“I wouldn’t be surprised if SBF spends the next 20 or 25 years of his life in prison,” Renato Mariotti, a former prosecutor in the U.S. Justice Department’s Securities and Commodities Fraud Section, told CNBC.
“The sheer scale of his fraud was immense, he was defiant and lied on the witness stand, and Judge Kaplan had very little patience for his antics while out on bond. He will have more sympathy for the victims than he has for Bankman-Fried,” added Mariotti.
In August, Judge Kaplan revoked Bankman-Fried’s bail and sent him back to jail for witness tampering.
“The federal sentencing guidelines will likely be sky high, but they are just that — guidelines — and the judge is required to consider all of the circumstances surrounding SBF and his offense,” said Mariotti.
Yadav added that the issue of sentencing is governed by guidelines that look to factors such as how many have been harmed and the overall dollar quantum, as well as the seriousness of the damage a defendant has inflicted.
“Here, there are some factors that could push the judge toward a very lengthy prison term, possibly close to the 110 years that the sentencing guidelines suggest,” said Yadav.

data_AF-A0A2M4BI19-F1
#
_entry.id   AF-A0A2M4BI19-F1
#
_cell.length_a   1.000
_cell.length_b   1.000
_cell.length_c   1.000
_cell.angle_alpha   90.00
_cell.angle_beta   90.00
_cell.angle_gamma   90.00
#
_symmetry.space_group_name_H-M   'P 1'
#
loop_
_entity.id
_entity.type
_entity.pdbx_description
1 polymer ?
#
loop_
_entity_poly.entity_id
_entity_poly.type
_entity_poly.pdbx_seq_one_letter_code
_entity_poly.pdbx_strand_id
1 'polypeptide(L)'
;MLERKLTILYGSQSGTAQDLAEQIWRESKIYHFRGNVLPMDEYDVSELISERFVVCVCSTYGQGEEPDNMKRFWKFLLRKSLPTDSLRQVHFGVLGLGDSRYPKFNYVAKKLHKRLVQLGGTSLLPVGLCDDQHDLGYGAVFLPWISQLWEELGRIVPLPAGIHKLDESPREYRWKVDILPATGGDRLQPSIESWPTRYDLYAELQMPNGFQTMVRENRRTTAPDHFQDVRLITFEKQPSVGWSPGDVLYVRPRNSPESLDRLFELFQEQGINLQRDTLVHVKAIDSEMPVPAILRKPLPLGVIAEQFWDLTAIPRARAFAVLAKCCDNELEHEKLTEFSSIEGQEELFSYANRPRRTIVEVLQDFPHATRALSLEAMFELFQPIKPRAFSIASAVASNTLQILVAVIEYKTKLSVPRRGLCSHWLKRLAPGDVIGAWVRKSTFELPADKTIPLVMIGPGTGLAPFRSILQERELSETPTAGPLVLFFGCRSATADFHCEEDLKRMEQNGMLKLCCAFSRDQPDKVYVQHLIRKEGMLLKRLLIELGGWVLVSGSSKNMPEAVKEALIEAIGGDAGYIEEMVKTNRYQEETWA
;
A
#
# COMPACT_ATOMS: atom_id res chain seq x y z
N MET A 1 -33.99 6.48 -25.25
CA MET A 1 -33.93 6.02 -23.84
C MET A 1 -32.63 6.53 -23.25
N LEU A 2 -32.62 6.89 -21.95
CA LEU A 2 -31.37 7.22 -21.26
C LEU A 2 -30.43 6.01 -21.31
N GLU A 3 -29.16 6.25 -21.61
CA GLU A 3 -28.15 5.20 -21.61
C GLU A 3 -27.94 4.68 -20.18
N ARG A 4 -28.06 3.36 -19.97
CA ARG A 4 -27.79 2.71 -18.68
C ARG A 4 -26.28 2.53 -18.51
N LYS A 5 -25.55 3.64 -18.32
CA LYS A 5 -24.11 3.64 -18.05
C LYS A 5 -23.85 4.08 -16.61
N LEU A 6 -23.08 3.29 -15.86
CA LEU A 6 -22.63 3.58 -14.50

The sentence will come down to what the judge believes is sufficient to punish Bankman-Fried, deter others, and promote respect for the law, Yadav added.
Former Assistant U.S. Attorney Kevin J. O’Brien, who specializes in white-collar criminal defense in NYC, thinks Bankman-Fried has the chance at a shorter sentence, telling CNBC, “Since judges have discretion even under the Guidelines, I believe his sentence will be in the 15 to 20 year range.”
O’Brien added that given Bankman Fried’s age, he thinks the judge will be inclined to give him a chance to live a full life after his prison term.
Bankman-Fried’s case has been compared with that of Elizabeth Holmes, founder of medical device company Theranos, which ceased operations in 2018.
Holmes, 39, was convicted in early 2022 on four counts of defrauding investors in Theranos after testifying in her own defense. She was sentenced to more than 11 years in prison, and began serving her punishment in May at a minimum-security facility in Bryan, Texas.
But former federal prosecutor Paul Tuchmann tells CNBC that he expects harsher terms for the former FTX CEO, because “the amount of losses that were suffered is simply staggering.”
Tuchmann compared Bankman-Fried’s case to that of Bernie Madoff, who was sentenced to 150 years in prison.
“Like Madoff, a lot of the losses in this case were small investors. They weren’t all large institutions, which really tends to create a greater pressure for a significant sentence,” said Tuchmann.
“Certainly, there may be some mitigation here. Sam Bankman-Fried is very young. The judge may take that into consideration. Bernie Madoff went to jail for 150 years when he was obviously much older – with limited productive years left,” Yadav said of the Madoff comparison.
“Sam Bankman-Fried still has an opportunity to make some kind of positive contribution during his lifetime. His crimes are also not violent in nature,” continued Yadav.